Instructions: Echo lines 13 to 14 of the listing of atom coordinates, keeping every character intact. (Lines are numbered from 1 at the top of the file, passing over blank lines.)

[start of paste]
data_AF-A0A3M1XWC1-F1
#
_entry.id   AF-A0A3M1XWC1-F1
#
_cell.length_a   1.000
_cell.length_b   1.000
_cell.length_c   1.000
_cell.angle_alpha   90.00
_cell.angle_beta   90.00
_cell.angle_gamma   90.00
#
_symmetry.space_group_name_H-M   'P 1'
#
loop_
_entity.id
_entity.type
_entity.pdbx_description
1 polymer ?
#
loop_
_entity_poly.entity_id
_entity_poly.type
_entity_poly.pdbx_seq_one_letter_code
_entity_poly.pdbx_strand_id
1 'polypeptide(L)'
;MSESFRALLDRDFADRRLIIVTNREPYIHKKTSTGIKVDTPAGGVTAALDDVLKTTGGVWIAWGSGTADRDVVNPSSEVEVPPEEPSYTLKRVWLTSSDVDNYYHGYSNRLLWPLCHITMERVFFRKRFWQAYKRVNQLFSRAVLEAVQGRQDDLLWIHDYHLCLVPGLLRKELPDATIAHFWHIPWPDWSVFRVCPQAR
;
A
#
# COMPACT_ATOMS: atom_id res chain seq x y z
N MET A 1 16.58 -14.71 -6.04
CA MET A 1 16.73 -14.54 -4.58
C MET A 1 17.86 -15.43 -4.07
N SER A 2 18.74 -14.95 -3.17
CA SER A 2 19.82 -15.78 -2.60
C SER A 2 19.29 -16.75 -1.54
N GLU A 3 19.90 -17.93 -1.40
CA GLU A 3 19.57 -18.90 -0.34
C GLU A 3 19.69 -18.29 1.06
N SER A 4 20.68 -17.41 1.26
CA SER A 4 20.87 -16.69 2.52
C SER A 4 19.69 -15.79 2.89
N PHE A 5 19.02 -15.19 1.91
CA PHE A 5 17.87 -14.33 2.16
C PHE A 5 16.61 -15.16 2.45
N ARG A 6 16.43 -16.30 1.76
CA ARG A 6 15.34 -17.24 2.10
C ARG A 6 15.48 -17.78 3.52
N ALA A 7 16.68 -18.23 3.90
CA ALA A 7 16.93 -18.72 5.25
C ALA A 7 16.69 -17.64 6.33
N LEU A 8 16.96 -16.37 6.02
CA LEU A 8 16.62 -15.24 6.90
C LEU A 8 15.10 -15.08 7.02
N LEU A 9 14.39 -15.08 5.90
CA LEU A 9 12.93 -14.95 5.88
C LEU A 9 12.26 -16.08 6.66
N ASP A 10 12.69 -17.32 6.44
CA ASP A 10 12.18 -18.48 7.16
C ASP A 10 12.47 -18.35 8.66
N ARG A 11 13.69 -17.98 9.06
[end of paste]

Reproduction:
#
loop_